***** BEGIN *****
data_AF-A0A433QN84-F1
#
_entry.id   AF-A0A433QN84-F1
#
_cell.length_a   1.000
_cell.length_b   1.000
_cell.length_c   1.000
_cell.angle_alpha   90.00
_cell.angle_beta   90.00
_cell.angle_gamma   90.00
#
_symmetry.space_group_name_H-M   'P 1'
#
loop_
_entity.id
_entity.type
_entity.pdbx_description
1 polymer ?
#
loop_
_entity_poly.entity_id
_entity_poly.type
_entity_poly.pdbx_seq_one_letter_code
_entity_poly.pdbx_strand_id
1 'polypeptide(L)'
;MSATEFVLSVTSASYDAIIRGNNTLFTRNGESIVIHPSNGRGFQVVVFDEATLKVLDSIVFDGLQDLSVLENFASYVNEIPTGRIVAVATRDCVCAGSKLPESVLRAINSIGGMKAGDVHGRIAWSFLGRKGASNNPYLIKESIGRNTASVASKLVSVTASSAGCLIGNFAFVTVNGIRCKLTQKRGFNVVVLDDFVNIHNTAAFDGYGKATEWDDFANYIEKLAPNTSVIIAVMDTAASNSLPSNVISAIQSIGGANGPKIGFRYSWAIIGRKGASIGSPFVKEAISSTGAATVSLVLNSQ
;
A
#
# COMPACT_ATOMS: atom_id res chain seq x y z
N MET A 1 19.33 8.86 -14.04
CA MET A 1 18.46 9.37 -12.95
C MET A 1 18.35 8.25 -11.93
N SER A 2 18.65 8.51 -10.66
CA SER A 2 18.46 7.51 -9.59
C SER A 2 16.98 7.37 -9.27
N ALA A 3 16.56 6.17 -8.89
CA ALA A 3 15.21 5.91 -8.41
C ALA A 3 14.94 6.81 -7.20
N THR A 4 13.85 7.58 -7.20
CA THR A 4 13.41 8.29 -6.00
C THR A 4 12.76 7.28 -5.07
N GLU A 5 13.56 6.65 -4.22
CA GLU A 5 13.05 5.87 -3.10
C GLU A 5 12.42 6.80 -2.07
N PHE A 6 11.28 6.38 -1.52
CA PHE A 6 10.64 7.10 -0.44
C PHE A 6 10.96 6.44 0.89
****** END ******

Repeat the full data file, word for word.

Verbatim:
data_AF-A0A433QN84-F1
#
_entry.id   AF-A0A433QN84-F1
#
_cell.length_a   1.000
_cell.length_b   1.000
_cell.length_c   1.000
_cell.angle_alpha   90.00
_cell.angle_beta   90.00
_cell.angle_gamma   90.00
#
_symmetry.space_group_name_H-M   'P 1'
#
loop_
_entity.id
_entity.type
_entity.pdbx_description
1 polymer ?
#
loop_
_entity_poly.entity_id
_entity_poly.type
_entity_poly.pdbx_seq_one_letter_code
_entity_poly.pdbx_strand_id
1 'polypeptide(L)'
;MSATEFVLSVTSASYDAIIRGNNTLFTRNGESIVIHPSNGRGFQVVVFDEATLKVLDSIVFDGLQDLSVLENFASYVNEIPTGRIVAVATRDCVCAGSKLPESVLRAINSIGGMKAGDVHGRIAWSFLGRKGASNNPYLIKESIGRNTASVASKLVSVTASSAGCLIGNFAFVTVNGIRCKLTQKRGFNVVVLDDFVNIHNTAAFDGYGKATEWDDFANYIEKLAPNTSVIIAVMDTAASNSLPSNVISAIQSIGGANGPKIGFRYSWAIIGRKGASIGSPFVKEAISSTGAATVSLVLNSQ
;
A
#
# COMPACT_ATOMS: atom_id res chain seq x y z
N MET A 1 19.33 8.86 -14.04
CA MET A 1 18.46 9.37 -12.95
C MET A 1 18.35 8.25 -11.93
N SER A 2 18.65 8.51 -10.66
CA SER A 2 18.46 7.51 -9.59
C SER A 2 16.98 7.37 -9.27
N ALA A 3 16.56 6.17 -8.89
CA ALA A 3 15.21 5.91 -8.41
C ALA A 3 14.94 6.81 -7.20
N THR A 4 13.85 7.58 -7.20
CA THR A 4 13.41 8.29 -6.00
C THR A 4 12.76 7.28 -5.07
N GLU A 5 13.56 6.65 -4.22
CA GLU A 5 13.05 5.87 -3.10
C GLU A 5 12.42 6.80 -2.07
N PHE A 6 11.28 6.38 -1.52
CA PHE A 6 10.64 7.10 -0.44
C PHE A 6 10.96 6.44 0.89